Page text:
Keywords

  • mTOR pathways
  • Alzheimer’s disease, aging, biomarkers, cognitive decline, cytokines, metabolomics, neuroinflammation
  • Parkinson’s disease
  • Cerebrovascular diseases, CADASIL, HTR1A
  • Mitochondrial dysfunction, mitochondrial quality control, mitochondrial-lysosomal axis, mitophagy, mtDNA
  • proteomics
  • exosomes
  • extracellular vesicles
  • Chromosome 21 trisomy, Down’s syndrome, DYRK1-A

Published Papers (8 papers)

Order results
Result details
Select all
Export citation of selected articles as:

Editorial

Jump to: Research

4 pages, 645 KiB  
Editorial
Molecular Signals and Genetic Regulations of Neurological Disorders
by Emanuele Rocco Villani and Emanuele Marzetti
Int. J. Mol. Sci. 2023, 24(6), 5902; https://doi.org/10.3390/ijms24065902 - 21 Mar 2023
Cited by 1 | Viewed by 902
Abstract
Neurological disorders are a large and heterogeneous field of research that can be tackled through a variety of approaches, ranging from epidemiology to molecular biology, through clinical, biostatistical, and laboratory experiments [...] Full article
(This article belongs to the Special Issue Molecular Signals and Genetic Regulations of Neurological Disorders)
Show Figures

Figure 1

Research

Jump to: Editorial

17 pages, 4936 KiB  
Article
Data-Driven Approaches Used for Compound Library Design for the Treatment of Parkinson’s Disease
by Oscar Barrera-Vazquez, Jose Alberto Santiago-de-la-Cruz, Nadia Alejandra Rivero-Segura, Edgar Antonio Estrella-Parra, Genaro Salvador Morales-Paoli, Edgar Flores-Soto and Juan Carlos Gomez-Verjan
Int. J. Mol. Sci. 2023, 24(2), 1134; https://doi.org/10.3390/ijms24021134 - 06 Jan 2023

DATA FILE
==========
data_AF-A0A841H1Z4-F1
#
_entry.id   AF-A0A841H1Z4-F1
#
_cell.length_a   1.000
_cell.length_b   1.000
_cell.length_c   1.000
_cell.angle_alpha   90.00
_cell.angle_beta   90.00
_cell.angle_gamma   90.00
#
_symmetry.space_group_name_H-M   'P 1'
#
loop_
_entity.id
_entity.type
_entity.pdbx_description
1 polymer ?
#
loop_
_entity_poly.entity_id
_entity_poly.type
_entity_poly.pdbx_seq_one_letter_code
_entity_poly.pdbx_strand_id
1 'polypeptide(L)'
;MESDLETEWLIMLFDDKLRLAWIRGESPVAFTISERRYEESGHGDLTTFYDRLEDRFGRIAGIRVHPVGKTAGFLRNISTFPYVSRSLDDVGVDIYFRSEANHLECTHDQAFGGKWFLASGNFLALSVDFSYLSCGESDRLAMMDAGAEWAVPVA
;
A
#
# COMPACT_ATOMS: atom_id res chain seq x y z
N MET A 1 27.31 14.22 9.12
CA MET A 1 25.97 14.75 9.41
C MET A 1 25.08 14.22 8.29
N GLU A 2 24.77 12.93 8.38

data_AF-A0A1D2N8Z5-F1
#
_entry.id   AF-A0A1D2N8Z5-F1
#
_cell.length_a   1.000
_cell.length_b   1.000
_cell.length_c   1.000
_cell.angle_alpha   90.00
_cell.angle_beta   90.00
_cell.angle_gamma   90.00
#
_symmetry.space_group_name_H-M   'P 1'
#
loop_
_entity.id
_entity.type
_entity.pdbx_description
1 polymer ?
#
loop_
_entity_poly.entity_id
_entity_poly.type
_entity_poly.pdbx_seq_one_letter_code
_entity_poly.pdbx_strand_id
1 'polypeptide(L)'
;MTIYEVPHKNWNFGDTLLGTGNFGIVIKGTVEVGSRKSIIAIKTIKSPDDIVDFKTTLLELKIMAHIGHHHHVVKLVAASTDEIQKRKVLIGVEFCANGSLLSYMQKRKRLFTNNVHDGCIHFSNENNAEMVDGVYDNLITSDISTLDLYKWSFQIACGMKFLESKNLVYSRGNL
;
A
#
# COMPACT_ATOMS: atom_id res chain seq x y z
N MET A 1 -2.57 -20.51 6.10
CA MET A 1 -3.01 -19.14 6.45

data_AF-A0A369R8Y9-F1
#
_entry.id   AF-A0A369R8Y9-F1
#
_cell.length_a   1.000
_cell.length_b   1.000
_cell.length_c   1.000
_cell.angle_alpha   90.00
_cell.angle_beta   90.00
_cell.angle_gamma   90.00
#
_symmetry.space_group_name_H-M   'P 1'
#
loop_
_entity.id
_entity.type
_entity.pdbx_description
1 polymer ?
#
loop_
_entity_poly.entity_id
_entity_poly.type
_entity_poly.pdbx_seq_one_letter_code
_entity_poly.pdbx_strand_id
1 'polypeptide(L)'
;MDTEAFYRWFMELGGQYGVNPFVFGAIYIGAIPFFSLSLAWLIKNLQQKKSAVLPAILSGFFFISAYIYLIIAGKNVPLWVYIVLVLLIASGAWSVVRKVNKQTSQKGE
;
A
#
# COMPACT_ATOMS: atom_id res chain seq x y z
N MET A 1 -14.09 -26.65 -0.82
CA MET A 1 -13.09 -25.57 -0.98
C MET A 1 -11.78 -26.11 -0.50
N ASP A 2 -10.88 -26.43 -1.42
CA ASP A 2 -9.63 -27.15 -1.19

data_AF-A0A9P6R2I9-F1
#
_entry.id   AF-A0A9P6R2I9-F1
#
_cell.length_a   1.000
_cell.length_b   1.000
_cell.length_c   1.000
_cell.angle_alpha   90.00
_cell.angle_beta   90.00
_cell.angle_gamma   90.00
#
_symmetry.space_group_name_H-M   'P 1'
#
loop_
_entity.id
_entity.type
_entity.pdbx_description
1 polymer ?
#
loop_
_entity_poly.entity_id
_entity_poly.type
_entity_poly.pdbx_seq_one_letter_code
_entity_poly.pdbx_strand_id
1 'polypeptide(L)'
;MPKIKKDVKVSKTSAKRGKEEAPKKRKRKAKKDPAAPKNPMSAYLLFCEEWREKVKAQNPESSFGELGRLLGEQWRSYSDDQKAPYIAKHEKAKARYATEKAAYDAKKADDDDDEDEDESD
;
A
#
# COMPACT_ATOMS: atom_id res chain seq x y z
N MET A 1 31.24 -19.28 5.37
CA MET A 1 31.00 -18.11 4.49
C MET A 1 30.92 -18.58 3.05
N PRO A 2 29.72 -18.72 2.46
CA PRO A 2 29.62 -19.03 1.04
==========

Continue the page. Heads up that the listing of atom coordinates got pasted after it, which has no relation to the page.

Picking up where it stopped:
Cited by 1 | Viewed by 1889
Abstract
Parkinson’s disease (PD) is the second most common neurodegenerative disease in older individuals worldwide. Pharmacological treatment for such a disease consists of drugs such as monoamine oxidase B (MAO-B) inhibitors to increase dopamine concentration in the brain. However, such drugs have adverse reactions [...] Read more.
Parkinson’s disease (PD) is the second most common neurodegenerative disease in older individuals worldwide. Pharmacological treatment for such a disease consists of drugs such as monoamine oxidase B (MAO-B) inhibitors to increase dopamine concentration in the brain. However, such drugs have adverse reactions that limit their use for extended periods; thus, the design of less toxic and more efficient compounds may be explored. In this context, cheminformatics and computational chemistry have recently contributed to developing new drugs and the search for new therapeutic targets. Therefore, through a data-driven approach, we used cheminformatic tools to find and optimize novel compounds with pharmacological activity against MAO-B for treating PD. First, we retrieved from the literature 3316 original articles published between 2015–2021 that experimentally tested 215 natural compounds against PD. From such compounds, we built a pharmacological network that showed rosmarinic acid, chrysin, naringenin, and cordycepin as the most connected nodes of the network. From such compounds, we performed fingerprinting analysis and developed evolutionary libraries to obtain novel derived structures. We filtered these compounds through a docking test against MAO-B and obtained five derived compounds with higher affinity and lead likeness potential. Then we evaluated its antioxidant and pharmacokinetic potential through a docking analysis (NADPH oxidase and CYP450) and physiologically-based pharmacokinetic (PBPK modeling). Interestingly, only one compound showed dual activity (antioxidant and MAO-B inhibitors) and pharmacokinetic potential to be considered a possible candidate for PD treatment and further experimental analysis. Full article